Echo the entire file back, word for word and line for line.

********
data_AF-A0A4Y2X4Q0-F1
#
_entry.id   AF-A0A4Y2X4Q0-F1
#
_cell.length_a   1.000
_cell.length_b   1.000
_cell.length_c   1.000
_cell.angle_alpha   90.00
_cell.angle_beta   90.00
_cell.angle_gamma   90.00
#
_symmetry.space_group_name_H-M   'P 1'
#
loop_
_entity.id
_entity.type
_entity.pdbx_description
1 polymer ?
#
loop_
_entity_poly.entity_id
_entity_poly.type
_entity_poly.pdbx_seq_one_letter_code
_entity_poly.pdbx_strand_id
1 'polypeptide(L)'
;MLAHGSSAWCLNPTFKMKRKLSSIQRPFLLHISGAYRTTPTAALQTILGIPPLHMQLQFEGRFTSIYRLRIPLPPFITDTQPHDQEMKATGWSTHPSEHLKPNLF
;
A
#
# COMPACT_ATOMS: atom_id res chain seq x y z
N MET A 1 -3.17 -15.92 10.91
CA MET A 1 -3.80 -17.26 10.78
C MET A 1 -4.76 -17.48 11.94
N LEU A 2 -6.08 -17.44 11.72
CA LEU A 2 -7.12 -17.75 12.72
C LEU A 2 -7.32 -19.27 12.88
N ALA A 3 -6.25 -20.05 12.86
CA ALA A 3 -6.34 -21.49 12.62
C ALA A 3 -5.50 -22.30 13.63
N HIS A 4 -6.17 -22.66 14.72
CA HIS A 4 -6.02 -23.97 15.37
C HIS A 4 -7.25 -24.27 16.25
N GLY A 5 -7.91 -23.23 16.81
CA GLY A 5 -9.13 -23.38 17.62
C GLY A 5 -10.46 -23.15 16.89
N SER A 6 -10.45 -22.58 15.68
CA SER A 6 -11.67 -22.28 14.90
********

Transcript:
data_AF-A0A4Y2X4Q0-F1
#
_entry.id   AF-A0A4Y2X4Q0-F1
#
_cell.length_a   1.000
_cell.length_b   1.000
_cell.length_c   1.000
_cell.angle_alpha   90.00
_cell.angle_beta   90.00
_cell.angle_gamma   90.00
#
_symmetry.space_group_name_H-M   'P 1'
#
loop_
_entity.id
_entity.type
_entity.pdbx_description
1 polymer ?
#
loop_
_entity_poly.entity_id
_entity_poly.type
_entity_poly.pdbx_seq_one_letter_code
_entity_poly.pdbx_strand_id
1 'polypeptide(L)'
;MLAHGSSAWCLNPTFKMKRKLSSIQRPFLLHISGAYRTTPTAALQTILGIPPLHMQLQFEGRFTSIYRLRIPLPPFITDTQPHDQEMKATGWSTHPSEHLKPNLF
;
A
#
# COMPACT_ATOMS: atom_id res chain seq x y z
N MET A 1 -3.17 -15.92 10.91
CA MET A 1 -3.80 -17.26 10.78
C MET A 1 -4.76 -17.48 11.94
N LEU A 2 -6.08 -17.44 11.72
CA LEU A 2 -7.12 -17.75 12.72
C LEU A 2 -7.32 -19.27 12.88
N ALA A 3 -6.25 -20.05 12.86
CA ALA A 3 -6.34 -21.49 12.62
C ALA A 3 -5.50 -22.30 13.63
N HIS A 4 -6.17 -22.66 14.72
CA HIS A 4 -6.02 -23.97 15.37
C HIS A 4 -7.25 -24.27 16.25
N GLY A 5 -7.91 -23.23 16.81
CA GLY A 5 -9.13 -23.38 17.62
C GLY A 5 -10.46 -23.15 16.89
N SER A 6 -10.45 -22.58 15.68
CA SER A 6 -11.67 -22.28 14.90